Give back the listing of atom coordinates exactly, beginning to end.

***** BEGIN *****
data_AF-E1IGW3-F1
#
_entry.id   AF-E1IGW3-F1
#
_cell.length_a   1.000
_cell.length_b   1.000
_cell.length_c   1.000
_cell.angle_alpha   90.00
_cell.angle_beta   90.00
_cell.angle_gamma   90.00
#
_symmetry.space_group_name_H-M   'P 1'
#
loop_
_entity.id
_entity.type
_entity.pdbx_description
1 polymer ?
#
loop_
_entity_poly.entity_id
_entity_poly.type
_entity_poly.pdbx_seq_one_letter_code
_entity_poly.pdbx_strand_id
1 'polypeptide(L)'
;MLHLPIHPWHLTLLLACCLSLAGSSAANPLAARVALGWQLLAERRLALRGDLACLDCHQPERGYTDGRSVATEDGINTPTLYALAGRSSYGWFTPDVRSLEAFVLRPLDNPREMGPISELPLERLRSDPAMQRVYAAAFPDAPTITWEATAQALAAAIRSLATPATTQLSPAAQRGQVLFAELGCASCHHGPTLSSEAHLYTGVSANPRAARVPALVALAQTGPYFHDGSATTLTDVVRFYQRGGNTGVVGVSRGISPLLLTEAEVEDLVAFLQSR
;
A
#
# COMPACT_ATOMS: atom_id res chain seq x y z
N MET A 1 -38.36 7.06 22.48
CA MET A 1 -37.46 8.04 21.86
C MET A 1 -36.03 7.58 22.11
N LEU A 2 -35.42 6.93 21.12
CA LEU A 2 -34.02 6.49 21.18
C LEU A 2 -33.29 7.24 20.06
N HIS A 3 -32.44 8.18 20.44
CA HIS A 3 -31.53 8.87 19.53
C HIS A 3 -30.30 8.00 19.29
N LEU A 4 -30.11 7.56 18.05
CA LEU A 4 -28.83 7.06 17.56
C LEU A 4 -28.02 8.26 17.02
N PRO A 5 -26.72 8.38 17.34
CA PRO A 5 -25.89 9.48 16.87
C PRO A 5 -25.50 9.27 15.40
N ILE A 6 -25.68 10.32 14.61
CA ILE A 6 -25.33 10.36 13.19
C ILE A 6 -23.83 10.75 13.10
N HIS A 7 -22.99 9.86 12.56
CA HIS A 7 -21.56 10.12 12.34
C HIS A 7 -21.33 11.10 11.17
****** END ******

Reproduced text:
data_AF-E1IGW3-F1
#
_entry.id   AF-E1IGW3-F1
#
_cell.length_a   1.000
_cell.length_b   1.000
_cell.length_c   1.000
_cell.angle_alpha   90.00
_cell.angle_beta   90.00
_cell.angle_gamma   90.00
#
_symmetry.space_group_name_H-M   'P 1'
#
loop_
_entity.id
_entity.type
_entity.pdbx_description
1 polymer ?
#
loop_
_entity_poly.entity_id
_entity_poly.type
_entity_poly.pdbx_seq_one_letter_code
_entity_poly.pdbx_strand_id
1 'polypeptide(L)'
;MLHLPIHPWHLTLLLACCLSLAGSSAANPLAARVALGWQLLAERRLALRGDLACLDCHQPERGYTDGRSVATEDGINTPTLYALAGRSSYGWFTPDVRSLEAFVLRPLDNPREMGPISELPLERLRSDPAMQRVYAAAFPDAPTITWEATAQALAAAIRSLATPATTQLSPAAQRGQVLFAELGCASCHHGPTLSSEAHLYTGVSANPRAARVPALVALAQTGPYFHDGSATTLTDVVRFYQRGGNTGVVGVSRGISPLLLTEAEVEDLVAFLQSR
;
A
#
# COMPACT_ATOMS: atom_id res chain seq x y z
N MET A 1 -38.36 7.06 22.48
CA MET A 1 -37.46 8.04 21.86
C MET A 1 -36.03 7.58 22.11
N LEU A 2 -35.42 6.93 21.12
CA LEU A 2 -34.02 6.49 21.18
C LEU A 2 -33.29 7.24 20.06
N HIS A 3 -32.44 8.18 20.44
CA HIS A 3 -31.53 8.87 19.53
C HIS A 3 -30.30 8.00 19.29
N LEU A 4 -30.11 7.56 18.05
CA LEU A 4 -28.83 7.06 17.56
C LEU A 4 -28.02 8.26 17.02
N PRO A 5 -26.72 8.38 17.34
CA PRO A 5 -25.89 9.48 16.87
C PRO A 5 -25.50 9.27 15.40
N ILE A 6 -25.68 10.32 14.61
CA ILE A 6 -25.33 10.36 13.19
C ILE A 6 -23.83 10.75 13.10
N HIS A 7 -22.99 9.86 12.56
CA HIS A 7 -21.56 10.12 12.34
C HIS A 7 -21.33 11.10 11.17